Youth justice belt tightening could prove costly, say experts

Chancellor vows to cut cost of youth justice, but experts say the focus should be on not locking up so many children in the first place.

Wholesale reform of the youth justice system, flagged up by Chancellor George Osborne as being a key part of the government’s spending review, will only work if less children are locked up, according to experts.

Mr Osborne, interviewed on BBC’s Today programme on Tuesday, revealed that seven government departments – Justice, Energy, Communities, Cabinet Office, Treasury, Foreign Office and Northern Ireland – had agreed to cut their budgets by 10 per cent to help achieve savings of £11.5bn in 2015.

He said cuts to the Ministry of Justice’s annual budget of £6.8bn would entail cost cutting measures and reform across the criminal justice system including courts, probation and prisons.

Osborne singled out the youth justice system as an area ripe for reform. He said: “We are also making reforms to youth justice to make sure we can hold youngsters in detention without the very substantial costs at the moment.”

Youth justice reforms

The government’s plan to reform youth justice was outlined in a green paper launched in February, Transforming Youth Custody: Putting Education at the Heart of Detention. Ministers revealed they want to replace young offenders institutions (YOIs) and secure units with ‘secure colleges’ in order to “put education at the heart of detention”.

The proposal, which could see academies and free schools managing the new secure colleges, aims to reduce the £245m a year spent on the detention of around 1,500 young people in secure units.

Justice Secretary Chris Grayling said: “Some youth custodial places cost £200,000, five times the cost of sending a child to a top private school.”
Reoffending is a far bigger problem in the youth justice system than it is in the adult system. In 2011/12, 73 per cent of young offenders reoffended within a year of leaving custody, compared with 47 per cent of adult offenders.

‘Lock up less children’

However, Frances Crook, Chief Executive of the Howard League for Penal Reform, told Community Care that the best way of saving money within the youth justice system is to stop locking up so many children.

“If George Osborne is concerned about the cost of putting children in prison, Chris Grayling should focus on creating a system that puts fewer children in prison.

“Community sentences provide a clear response for the majority of children in custody – delivering far lower rates of reoffending at a fraction of the cost. Mr Grayling’s disinterment of the old idea of ‘secure colleges’ will simply throw good money after bad and condemn more children to a life of crime.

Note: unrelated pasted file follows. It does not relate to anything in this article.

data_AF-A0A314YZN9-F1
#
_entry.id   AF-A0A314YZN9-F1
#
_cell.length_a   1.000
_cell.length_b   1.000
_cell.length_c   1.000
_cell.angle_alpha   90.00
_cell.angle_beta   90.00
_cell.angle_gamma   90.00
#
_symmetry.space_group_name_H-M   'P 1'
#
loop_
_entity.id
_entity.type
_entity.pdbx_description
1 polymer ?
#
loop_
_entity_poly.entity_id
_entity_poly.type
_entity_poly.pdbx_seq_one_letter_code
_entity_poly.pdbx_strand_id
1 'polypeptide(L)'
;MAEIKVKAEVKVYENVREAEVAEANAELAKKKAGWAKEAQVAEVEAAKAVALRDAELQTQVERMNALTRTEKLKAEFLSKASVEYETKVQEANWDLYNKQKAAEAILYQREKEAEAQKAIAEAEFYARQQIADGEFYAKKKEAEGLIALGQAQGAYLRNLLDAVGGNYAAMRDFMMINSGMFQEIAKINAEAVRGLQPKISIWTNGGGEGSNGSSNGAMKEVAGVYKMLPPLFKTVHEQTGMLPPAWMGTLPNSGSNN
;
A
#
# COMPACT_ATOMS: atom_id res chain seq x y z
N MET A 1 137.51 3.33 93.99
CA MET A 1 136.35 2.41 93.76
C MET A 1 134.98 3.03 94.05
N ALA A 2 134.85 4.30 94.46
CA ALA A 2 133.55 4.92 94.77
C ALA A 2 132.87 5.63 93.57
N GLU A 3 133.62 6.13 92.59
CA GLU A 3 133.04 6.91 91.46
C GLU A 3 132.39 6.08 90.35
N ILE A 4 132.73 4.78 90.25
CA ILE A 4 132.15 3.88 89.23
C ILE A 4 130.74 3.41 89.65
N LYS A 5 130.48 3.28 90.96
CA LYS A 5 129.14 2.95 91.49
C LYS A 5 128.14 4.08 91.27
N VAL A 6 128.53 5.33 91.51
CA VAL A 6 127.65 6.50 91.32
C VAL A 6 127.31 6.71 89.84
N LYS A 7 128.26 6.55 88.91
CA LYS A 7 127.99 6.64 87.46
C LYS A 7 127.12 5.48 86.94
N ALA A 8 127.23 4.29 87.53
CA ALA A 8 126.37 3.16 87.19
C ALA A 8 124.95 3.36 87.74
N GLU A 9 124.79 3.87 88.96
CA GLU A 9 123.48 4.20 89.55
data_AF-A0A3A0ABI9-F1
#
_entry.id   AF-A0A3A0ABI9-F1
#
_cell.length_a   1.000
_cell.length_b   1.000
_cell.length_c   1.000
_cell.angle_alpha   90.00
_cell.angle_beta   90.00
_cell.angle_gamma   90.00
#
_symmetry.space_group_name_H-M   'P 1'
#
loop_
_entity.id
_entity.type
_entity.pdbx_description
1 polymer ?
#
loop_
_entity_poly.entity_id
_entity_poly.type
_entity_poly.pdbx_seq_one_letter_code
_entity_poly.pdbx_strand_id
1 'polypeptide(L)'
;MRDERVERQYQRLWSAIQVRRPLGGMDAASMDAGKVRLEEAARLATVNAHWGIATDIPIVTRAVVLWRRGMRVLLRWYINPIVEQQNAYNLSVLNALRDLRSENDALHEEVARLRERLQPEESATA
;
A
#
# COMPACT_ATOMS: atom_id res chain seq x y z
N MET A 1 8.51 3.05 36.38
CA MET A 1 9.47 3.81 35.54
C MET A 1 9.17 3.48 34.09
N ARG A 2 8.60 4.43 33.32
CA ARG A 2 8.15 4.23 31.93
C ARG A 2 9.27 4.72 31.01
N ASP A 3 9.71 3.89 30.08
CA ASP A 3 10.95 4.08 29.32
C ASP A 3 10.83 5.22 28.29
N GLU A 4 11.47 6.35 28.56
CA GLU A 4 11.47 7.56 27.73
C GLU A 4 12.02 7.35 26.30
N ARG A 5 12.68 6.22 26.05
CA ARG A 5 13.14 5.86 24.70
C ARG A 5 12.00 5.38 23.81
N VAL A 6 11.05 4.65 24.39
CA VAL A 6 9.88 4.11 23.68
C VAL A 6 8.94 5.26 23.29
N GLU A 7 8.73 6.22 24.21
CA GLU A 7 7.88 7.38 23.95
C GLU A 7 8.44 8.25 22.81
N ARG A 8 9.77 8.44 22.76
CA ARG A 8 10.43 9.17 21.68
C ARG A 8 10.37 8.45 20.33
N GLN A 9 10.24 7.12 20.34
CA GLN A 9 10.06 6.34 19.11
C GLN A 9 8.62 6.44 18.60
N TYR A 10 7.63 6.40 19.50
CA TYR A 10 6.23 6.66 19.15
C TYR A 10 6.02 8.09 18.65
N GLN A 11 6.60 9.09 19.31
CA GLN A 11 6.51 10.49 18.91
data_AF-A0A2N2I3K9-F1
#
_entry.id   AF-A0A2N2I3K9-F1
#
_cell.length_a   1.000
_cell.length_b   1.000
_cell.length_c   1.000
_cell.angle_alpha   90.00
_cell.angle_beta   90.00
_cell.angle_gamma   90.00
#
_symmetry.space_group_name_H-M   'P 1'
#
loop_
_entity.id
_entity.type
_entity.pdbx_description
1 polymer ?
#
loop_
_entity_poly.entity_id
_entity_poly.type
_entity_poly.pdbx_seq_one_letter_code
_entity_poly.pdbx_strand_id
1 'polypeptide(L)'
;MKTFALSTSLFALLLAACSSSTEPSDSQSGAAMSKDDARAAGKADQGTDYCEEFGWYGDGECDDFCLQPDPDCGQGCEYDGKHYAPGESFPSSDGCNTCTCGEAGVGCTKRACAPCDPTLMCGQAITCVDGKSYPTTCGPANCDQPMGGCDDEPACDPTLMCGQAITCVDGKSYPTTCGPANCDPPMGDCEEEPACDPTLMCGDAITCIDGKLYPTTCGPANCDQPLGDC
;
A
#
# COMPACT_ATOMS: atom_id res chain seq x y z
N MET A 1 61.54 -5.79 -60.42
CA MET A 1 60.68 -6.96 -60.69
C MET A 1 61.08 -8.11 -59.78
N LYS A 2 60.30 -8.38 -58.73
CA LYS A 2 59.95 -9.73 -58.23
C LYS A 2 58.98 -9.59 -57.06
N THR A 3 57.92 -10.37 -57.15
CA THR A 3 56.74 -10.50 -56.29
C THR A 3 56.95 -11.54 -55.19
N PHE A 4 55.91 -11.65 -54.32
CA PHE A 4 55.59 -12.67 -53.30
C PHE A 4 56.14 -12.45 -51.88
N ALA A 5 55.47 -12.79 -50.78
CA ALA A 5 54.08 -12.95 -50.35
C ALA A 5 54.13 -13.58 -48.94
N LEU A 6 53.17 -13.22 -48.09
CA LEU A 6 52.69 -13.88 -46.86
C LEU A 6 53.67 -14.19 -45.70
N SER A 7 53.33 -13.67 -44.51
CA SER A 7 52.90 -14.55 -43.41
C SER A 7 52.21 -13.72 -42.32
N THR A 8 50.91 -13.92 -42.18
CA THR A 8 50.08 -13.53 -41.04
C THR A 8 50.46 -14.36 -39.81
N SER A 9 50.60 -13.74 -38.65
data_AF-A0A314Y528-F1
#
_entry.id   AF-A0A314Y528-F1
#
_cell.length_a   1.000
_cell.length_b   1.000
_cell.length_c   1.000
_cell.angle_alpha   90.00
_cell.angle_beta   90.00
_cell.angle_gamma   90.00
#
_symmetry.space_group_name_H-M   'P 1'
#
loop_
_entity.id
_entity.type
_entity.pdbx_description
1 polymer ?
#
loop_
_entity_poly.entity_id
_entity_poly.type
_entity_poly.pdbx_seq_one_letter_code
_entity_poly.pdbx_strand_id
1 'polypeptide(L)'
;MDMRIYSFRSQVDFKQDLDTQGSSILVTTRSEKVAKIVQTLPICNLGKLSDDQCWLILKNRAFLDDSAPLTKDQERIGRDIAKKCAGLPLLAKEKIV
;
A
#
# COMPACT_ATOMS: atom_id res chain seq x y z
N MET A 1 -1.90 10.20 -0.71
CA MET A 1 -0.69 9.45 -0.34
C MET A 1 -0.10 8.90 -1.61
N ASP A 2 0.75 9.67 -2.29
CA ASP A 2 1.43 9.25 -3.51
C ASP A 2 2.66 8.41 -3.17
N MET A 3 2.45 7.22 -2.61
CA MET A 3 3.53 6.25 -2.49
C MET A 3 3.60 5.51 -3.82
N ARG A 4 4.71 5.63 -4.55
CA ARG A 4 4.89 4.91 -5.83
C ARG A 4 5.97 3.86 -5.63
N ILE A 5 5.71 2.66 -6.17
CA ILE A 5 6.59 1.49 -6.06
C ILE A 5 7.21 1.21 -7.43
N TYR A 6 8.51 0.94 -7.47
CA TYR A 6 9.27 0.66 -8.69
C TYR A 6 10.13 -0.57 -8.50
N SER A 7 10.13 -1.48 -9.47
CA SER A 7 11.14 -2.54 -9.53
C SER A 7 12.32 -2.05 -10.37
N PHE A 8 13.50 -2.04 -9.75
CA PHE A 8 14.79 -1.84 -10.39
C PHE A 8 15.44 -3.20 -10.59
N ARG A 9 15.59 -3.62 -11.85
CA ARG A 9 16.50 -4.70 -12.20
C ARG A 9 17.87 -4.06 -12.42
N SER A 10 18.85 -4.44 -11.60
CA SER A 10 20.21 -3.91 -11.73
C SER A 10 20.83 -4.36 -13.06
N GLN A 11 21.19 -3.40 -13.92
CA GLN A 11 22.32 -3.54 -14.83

“Children in the criminal justice system are often victims of neglect and abuse, suffer from mental health problems, or have grown up in environments plagued by drug and alcohol abuse. These children need support to address the underlying causes of why they committed crimes, rather than locking up in failing and costly prisons.”

Focus on rehabilitation

Andrew Webb, president of the Association of Directors of Children’s Services, said the reforms could work only if there was an emphasis on the quality of rehabilitation, rather than the quantity.

“If this shift in policy involves locking up fewer young people, those serious offenders who can benefit from long term interventions, than it has a chance of working. At the moment the system catches far too many young people. They are locked up for very short periods of time, making the chances of successful rehabilitation negligible. A lot of the changes that need to happen are around sentencing.”

Local authorities have already warned they face huge costs arising from new regulations which from December give children on remand looked-after status.

When the Chancellor announced that the Department for Communities and Local Government (DCLG) was one of the seven departments that had agreed a 10 per cent cut, alarm spread across local government. But a DCLG spokesman later confirmed that the 10 per cent cut agreed by minister Eric Pickles regarded the department’s running costs rather than any money passed onto local government.

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